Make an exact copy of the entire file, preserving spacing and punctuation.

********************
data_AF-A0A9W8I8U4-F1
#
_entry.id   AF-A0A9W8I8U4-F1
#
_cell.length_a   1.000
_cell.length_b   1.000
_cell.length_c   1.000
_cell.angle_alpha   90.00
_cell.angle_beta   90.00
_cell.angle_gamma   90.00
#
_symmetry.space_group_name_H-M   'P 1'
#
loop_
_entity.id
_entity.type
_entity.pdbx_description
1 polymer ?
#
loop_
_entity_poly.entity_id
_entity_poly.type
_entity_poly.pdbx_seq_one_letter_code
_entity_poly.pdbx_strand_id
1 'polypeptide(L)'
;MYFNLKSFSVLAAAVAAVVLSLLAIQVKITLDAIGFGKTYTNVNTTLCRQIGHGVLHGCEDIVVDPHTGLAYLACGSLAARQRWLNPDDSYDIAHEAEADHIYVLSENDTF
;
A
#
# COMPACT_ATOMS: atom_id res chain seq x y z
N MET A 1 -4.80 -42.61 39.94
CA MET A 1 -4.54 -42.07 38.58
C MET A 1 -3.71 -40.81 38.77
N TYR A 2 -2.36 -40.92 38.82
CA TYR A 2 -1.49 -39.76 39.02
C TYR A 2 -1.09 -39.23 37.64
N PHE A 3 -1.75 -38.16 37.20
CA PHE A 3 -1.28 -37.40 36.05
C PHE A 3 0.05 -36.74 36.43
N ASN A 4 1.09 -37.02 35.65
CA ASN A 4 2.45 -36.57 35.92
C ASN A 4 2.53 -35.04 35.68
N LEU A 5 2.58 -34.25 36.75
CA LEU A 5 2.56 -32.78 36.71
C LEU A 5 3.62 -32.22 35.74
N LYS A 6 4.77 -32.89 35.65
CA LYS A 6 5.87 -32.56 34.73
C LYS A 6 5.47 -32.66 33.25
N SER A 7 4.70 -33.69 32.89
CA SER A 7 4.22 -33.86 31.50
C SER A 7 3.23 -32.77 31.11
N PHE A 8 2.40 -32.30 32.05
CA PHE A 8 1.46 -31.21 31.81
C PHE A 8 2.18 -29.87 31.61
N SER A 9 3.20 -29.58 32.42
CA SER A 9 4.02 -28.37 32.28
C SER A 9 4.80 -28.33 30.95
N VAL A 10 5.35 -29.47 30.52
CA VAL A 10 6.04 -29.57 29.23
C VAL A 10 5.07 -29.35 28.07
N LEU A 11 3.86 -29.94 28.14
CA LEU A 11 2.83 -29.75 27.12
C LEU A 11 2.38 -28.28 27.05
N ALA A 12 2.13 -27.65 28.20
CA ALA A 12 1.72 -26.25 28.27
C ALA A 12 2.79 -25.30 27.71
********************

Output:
data_AF-A0A9W8I8U4-F1
#
_entry.id   AF-A0A9W8I8U4-F1
#
_cell.length_a   1.000
_cell.length_b   1.000
_cell.length_c   1.000
_cell.angle_alpha   90.00
_cell.angle_beta   90.00
_cell.angle_gamma   90.00
#
_symmetry.space_group_name_H-M   'P 1'
#
loop_
_entity.id
_entity.type
_entity.pdbx_description
1 polymer ?
#
loop_
_entity_poly.entity_id
_entity_poly.type
_entity_poly.pdbx_seq_one_letter_code
_entity_poly.pdbx_strand_id
1 'polypeptide(L)'
;MYFNLKSFSVLAAAVAAVVLSLLAIQVKITLDAIGFGKTYTNVNTTLCRQIGHGVLHGCEDIVVDPHTGLAYLACGSLAARQRWLNPDDSYDIAHEAEADHIYVLSENDTF
;
A
#
# COMPACT_ATOMS: atom_id res chain seq x y z
N MET A 1 -4.80 -42.61 39.94
CA MET A 1 -4.54 -42.07 38.58
C MET A 1 -3.71 -40.81 38.77
N TYR A 2 -2.36 -40.92 38.82
CA TYR A 2 -1.49 -39.76 39.02
C TYR A 2 -1.09 -39.23 37.64
N PHE A 3 -1.75 -38.16 37.20
CA PHE A 3 -1.28 -37.40 36.05
C PHE A 3 0.05 -36.74 36.43
N ASN A 4 1.09 -37.02 35.65
CA ASN A 4 2.45 -36.57 35.92
C ASN A 4 2.53 -35.04 35.68
N LEU A 5 2.58 -34.25 36.75
CA LEU A 5 2.56 -32.78 36.71
C LEU A 5 3.62 -32.22 35.74
N LYS A 6 4.77 -32.89 35.65
CA LYS A 6 5.87 -32.56 34.73
C LYS A 6 5.47 -32.66 33.25
N SER A 7 4.70 -33.69 32.89
CA SER A 7 4.22 -33.86 31.50
C SER A 7 3.23 -32.77 31.11
N PHE A 8 2.40 -32.30 32.05
CA PHE A 8 1.46 -31.21 31.81
C PHE A 8 2.18 -29.87 31.61
N SER A 9 3.20 -29.58 32.42
CA SER A 9 4.02 -28.37 32.28
C SER A 9 4.80 -28.33 30.95
N VAL A 10 5.35 -29.47 30.52
CA VAL A 10 6.04 -29.57 29.23
C VAL A 10 5.07 -29.35 28.07
N LEU A 11 3.86 -29.94 28.14
CA LEU A 11 2.83 -29.75 27.12
C LEU A 11 2.38 -28.28 27.05
N ALA A 12 2.13 -27.65 28.20
CA ALA A 12 1.72 -26.25 28.27
C ALA A 12 2.79 -25.30 27.71